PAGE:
In terms of composition, I would probably crop the top off (removing 350 to 400 pixels of sky). --Tony Wills 11:11, 9 October 2007 (UTC)
I want keep 3:2 aspect ratio (due to popular in Russia 15x10cm paper format). -- Sergey kudryavtsev 13:15, 9 October 2007 (UTC)


Mozes en Aaronkerk.jpg

Comment by creator: There seems to be some kind of perspective distortion, it looks like the two towers are not parallel, doesn't it? I have access to photoshop but I don't know how to fix it. Bottom corners are unsharp, I think it is the lens. Any comments are welcome. S Sepp 23:12, 17 September 2007 (UTC)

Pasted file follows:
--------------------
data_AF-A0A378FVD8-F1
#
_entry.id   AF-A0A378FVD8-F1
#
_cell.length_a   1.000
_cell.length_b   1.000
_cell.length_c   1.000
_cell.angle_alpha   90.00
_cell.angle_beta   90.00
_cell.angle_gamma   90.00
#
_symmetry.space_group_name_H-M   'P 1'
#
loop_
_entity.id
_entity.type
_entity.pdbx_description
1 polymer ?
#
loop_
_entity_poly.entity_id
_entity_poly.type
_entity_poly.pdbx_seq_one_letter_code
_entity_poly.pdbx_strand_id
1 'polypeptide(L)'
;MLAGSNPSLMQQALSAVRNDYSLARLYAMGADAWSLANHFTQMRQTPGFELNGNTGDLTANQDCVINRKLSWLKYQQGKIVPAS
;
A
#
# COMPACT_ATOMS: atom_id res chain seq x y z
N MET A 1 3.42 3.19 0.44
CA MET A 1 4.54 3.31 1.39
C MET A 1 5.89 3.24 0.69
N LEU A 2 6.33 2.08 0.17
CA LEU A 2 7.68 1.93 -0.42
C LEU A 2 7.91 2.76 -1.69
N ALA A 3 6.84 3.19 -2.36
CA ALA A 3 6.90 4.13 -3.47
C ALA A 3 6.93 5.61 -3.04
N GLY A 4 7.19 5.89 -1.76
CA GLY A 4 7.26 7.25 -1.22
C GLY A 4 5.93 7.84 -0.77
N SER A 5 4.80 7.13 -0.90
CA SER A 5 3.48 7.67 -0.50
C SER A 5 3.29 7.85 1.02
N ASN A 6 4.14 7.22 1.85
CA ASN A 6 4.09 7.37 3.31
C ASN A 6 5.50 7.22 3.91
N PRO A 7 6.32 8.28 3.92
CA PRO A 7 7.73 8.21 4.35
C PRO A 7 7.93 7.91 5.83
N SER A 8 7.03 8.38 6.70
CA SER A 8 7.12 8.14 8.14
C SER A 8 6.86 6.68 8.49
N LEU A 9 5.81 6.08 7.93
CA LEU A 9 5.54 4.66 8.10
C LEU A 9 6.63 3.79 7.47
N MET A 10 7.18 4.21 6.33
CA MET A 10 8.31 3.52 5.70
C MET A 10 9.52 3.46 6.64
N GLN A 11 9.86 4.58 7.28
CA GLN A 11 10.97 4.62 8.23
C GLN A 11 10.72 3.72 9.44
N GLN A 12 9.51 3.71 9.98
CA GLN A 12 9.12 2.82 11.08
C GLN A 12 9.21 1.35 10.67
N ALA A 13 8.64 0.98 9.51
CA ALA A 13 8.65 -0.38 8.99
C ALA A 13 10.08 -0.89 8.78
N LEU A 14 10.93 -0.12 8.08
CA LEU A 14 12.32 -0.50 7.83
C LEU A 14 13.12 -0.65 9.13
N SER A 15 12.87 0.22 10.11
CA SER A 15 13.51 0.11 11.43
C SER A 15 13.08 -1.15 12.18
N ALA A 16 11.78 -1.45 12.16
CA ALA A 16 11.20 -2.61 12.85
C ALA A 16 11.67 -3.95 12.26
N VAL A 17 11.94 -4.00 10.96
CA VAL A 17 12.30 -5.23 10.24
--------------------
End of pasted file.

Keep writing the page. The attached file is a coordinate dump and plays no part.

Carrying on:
• There are probably better ways to fix this, but here's one imprecise way. Select the entire image, then go Edit > Transform > Skew and play with it. Thegreenj 23:57, 18 September 2007 (UTC)
Unsharp corners in photos are often by design of the lense. The slanting lines are a perspective effect when one does not hold the camera horizontally. Some people prefer an architectural projection where verticals remain vertical in the photo. For that I would use "hugin", a blending program that can also remap one single photo with a virtual lense pointing horizontally. And you could correct barrel distortion with hugin as well, all in one go. -- Klaus with K 10:32, 24 September 2007 (UTC)
Thank you both. I made a new version using hugin. It is a bit hard to use. I think the new version is an improvement. S Sepp 18:43, 6 October 2007 (UTC)

Claremont lake again